A call center-based social support role may be a valuable addition to the evolving healthcare workforce, according to a new study.
The study published in The American Journal of Accountable Care shows how a community-assistance line successfully leveraged the life experiences of its trained operators to handle patient calls and provide social support and empathy to callers who were experiencing stressful life circumstances.
The Community Assistance Line is a toll-free, nationwide call line available to both WellCare members and the general public. The line launched in 2014 with six associates, and today, has grown to a team of 50. The diverse team includes operators ages 18 to 70 who leverage their own personal experiences with social services to assist callers. Operators include reserve and retired members of the military, students, individuals with disabilities, and caregivers.
The year-long study was conducted by the University of South Florida (USF) College of Public Health and WellCare, a provider of government-sponsored managed care services. It examined how “CommUnity Liaisons” address the social needs of callers helping them connect with financial, housing, transportation, and other resources, while often providing emotional support.
The results of the study, the first in a series that WellCare and the USF College of Public Health is currently conducting, are intended to help managed care executives identify better ways of delivering improved health outcomes to beneficiaries who often have challenges in life that go beyond healthcare, and reduce unnecessary healthcare services using tools that address social determinants of health.
Specifically, the study found:
- CommUnity Liaisons perform a unique function in the effort to integrate social and medical care. People often contact the call center due to a social crisis in their life, not necessarily because of a medical need.
- Because of personal life experiences, some CommUnity Liaisons can better link a caller’s need to the more than 160,000 community-based social services in WellCare’s database.
- As peers with similar lived experiences, CommUnity Liaisons can empathize with a caller’s stressful life experience, which improves the integration of social and medical care.
“CommUnity Liaisons, a new peer-support person role, can effectively use their own personal experiences to assist callers experiencing a range of stressful life circumstances and connect them to social service supports,” says lead study author Zac Pruitt, PhD, USF College of Public Health, Department of Health Policy and Management. “These CommUnity Liaisons provide a unique perspective having ‘lived’ the experiences of many callers. For example, they may have been on Medicaid or Medicare or experienced disability, homelessness, or other life challenges and can offer peer-level support.”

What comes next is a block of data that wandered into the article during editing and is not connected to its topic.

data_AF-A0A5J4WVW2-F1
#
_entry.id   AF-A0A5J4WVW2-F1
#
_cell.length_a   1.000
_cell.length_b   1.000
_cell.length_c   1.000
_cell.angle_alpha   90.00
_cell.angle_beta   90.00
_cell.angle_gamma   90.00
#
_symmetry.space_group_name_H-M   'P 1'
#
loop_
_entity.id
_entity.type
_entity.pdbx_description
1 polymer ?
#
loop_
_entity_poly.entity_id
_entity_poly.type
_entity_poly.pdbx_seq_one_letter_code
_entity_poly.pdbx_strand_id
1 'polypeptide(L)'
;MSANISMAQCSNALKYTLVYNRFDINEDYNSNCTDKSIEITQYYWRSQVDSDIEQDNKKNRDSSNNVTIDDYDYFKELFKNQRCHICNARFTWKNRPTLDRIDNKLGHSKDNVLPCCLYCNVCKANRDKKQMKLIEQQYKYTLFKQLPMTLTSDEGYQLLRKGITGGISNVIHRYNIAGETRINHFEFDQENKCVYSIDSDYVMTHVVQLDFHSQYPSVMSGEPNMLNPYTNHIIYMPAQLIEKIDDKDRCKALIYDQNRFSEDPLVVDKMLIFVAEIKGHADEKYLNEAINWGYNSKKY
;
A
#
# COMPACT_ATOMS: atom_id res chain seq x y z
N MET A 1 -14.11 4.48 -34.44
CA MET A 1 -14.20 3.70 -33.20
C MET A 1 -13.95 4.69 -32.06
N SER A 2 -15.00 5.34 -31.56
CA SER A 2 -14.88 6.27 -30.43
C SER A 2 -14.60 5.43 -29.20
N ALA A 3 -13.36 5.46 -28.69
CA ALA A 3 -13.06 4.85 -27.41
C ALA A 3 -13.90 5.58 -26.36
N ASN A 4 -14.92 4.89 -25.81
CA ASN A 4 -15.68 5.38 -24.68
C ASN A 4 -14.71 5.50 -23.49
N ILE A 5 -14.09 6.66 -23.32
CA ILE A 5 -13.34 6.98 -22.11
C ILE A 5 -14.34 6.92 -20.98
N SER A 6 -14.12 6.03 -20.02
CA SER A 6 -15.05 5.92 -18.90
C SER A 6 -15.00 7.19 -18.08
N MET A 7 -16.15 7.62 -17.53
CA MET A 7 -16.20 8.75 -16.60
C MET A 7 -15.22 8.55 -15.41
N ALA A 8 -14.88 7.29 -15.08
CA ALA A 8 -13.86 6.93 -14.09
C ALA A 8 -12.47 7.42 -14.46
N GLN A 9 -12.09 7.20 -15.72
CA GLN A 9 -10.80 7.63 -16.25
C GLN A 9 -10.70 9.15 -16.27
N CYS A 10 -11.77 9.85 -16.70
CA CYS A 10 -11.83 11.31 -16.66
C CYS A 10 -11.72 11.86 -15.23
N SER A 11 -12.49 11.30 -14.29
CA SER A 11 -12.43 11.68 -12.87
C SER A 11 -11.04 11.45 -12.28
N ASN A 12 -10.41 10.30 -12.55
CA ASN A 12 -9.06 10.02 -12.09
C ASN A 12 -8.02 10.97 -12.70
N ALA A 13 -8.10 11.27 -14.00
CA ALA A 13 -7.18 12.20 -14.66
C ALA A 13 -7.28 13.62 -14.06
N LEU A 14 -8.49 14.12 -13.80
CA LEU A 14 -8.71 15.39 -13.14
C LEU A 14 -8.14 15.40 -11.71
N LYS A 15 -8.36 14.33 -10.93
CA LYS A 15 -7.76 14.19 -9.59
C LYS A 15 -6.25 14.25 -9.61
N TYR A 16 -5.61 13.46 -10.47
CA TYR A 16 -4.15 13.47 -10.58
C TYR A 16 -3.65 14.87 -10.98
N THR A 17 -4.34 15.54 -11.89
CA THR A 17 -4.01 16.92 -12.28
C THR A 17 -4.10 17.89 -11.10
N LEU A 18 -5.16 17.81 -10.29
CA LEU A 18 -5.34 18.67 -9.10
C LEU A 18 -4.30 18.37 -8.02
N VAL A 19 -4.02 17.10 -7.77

The most common social service referrals included: patient and family support (25%); transportation (20%), and housing assistance (18%).
“The study offers support that an integrated, holistic approach to care can help beneficiaries receive the unique services they need to improve their overall health,” says author Pamme Taylor, MBA, vice president, WellCare’s Center for CommUnity Impact.
Estimates show social factors including healthy food, safe housing, and financial security account for nearly 70% of all health outcomes. The study found that call center representatives provide social support in stressful circumstances that may not warrant the services of a doctor, nurse, or medical social worker.
“By addressing social barriers to health, managed care organizations can help address the root cause of many health issues and avoid unnecessary costs, while delivering higher-quality care,” Taylor says.
Since it launched in 2014, WellCare has built a repository of more than 160,000 social services and community-based programs, and CommUnity Liaisons field about 8,500 calls a month.
"At WellCare, we've found that when compared to similar members, those individuals with social barriers removed were at least two times more likely to be compliant with primary care visits, six times more likely to improve BMI, and nearly two times more likely to comply with diabetes-related treatments,” Taylor says.
“While healthcare providers may lack the time or inclination to invest in programs that address social barriers health, managed care organizations possess a strong incentive to create new and innovative ways to lower costs and improve health outcomes for their members,” Pruitt says. “As managed care plans look to address the social determinants of health, they should understand that addressing these barriers requires attention both to the needs of the member as well as the ability to build community-based social service network capacity. This study examined one effective way to identify and remove social barriers.”
Future research will examine how health plans can maximize social service delivery system capacity, according to Pruitt.